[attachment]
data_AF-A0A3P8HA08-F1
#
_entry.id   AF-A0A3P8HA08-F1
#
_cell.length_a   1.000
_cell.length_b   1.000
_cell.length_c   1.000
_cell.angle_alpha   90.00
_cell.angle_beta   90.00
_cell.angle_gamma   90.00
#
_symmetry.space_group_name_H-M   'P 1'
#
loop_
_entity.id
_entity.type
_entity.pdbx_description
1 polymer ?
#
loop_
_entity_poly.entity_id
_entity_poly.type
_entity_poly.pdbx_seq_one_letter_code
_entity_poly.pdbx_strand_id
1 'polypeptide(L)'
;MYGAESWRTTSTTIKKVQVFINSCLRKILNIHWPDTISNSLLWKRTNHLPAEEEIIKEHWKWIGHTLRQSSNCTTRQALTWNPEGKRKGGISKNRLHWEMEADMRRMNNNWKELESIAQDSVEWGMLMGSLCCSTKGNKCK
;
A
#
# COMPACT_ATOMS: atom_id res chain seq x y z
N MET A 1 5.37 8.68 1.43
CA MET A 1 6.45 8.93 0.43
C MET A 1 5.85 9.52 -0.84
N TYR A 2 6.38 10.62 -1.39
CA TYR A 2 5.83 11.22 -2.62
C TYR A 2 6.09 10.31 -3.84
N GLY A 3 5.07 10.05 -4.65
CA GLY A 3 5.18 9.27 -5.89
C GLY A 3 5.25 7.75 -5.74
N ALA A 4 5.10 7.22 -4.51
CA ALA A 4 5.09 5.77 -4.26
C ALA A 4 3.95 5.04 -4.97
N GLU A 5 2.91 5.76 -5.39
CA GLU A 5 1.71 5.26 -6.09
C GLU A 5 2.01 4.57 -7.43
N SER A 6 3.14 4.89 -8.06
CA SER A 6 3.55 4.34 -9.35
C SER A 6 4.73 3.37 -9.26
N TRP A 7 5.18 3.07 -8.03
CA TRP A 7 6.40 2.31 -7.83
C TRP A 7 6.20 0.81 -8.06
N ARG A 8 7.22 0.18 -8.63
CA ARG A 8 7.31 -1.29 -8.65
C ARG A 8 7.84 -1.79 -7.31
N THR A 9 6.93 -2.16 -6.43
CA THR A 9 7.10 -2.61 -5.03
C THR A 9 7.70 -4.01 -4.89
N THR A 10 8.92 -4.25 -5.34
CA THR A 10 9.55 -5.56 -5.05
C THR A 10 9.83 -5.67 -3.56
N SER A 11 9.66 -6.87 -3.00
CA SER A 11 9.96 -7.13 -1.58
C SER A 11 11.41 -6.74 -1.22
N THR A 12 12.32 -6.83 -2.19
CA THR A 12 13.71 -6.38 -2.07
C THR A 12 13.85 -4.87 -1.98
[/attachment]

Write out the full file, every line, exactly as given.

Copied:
data_AF-A0A3P8HA08-F1
#
_entry.id   AF-A0A3P8HA08-F1
#
_cell.length_a   1.000
_cell.length_b   1.000
_cell.length_c   1.000
_cell.angle_alpha   90.00
_cell.angle_beta   90.00
_cell.angle_gamma   90.00
#
_symmetry.space_group_name_H-M   'P 1'
#
loop_
_entity.id
_entity.type
_entity.pdbx_description
1 polymer ?
#
loop_
_entity_poly.entity_id
_entity_poly.type
_entity_poly.pdbx_seq_one_letter_code
_entity_poly.pdbx_strand_id
1 'polypeptide(L)'
;MYGAESWRTTSTTIKKVQVFINSCLRKILNIHWPDTISNSLLWKRTNHLPAEEEIIKEHWKWIGHTLRQSSNCTTRQALTWNPEGKRKGGISKNRLHWEMEADMRRMNNNWKELESIAQDSVEWGMLMGSLCCSTKGNKCK
;
A
#
# COMPACT_ATOMS: atom_id res chain seq x y z
N MET A 1 5.37 8.68 1.43
CA MET A 1 6.45 8.93 0.43
C MET A 1 5.85 9.52 -0.84
N TYR A 2 6.38 10.62 -1.39
CA TYR A 2 5.83 11.22 -2.62
C TYR A 2 6.09 10.31 -3.84
N GLY A 3 5.07 10.05 -4.65
CA GLY A 3 5.18 9.27 -5.89
C GLY A 3 5.25 7.75 -5.74
N ALA A 4 5.10 7.22 -4.51
CA ALA A 4 5.09 5.77 -4.26
C ALA A 4 3.95 5.04 -4.97
N GLU A 5 2.91 5.76 -5.39
CA GLU A 5 1.71 5.26 -6.09
C GLU A 5 2.01 4.57 -7.43
N SER A 6 3.14 4.89 -8.06
CA SER A 6 3.55 4.34 -9.35
C SER A 6 4.73 3.37 -9.26
N TRP A 7 5.18 3.07 -8.03
CA TRP A 7 6.40 2.31 -7.83
C TRP A 7 6.20 0.81 -8.06
N ARG A 8 7.22 0.18 -8.63
CA ARG A 8 7.31 -1.29 -8.65
C ARG A 8 7.84 -1.79 -7.31
N THR A 9 6.93 -2.16 -6.43
CA THR A 9 7.10 -2.61 -5.03
C THR A 9 7.70 -4.01 -4.89
N THR A 10 8.92 -4.25 -5.34
CA THR A 10 9.55 -5.56 -5.05
C THR A 10 9.83 -5.67 -3.56
N SER A 11 9.66 -6.87 -3.00
CA SER A 11 9.96 -7.13 -1.58
C SER A 11 11.41 -6.74 -1.22
N THR A 12 12.32 -6.83 -2.19
CA THR A 12 13.71 -6.38 -2.07
C THR A 12 13.85 -4.87 -1.98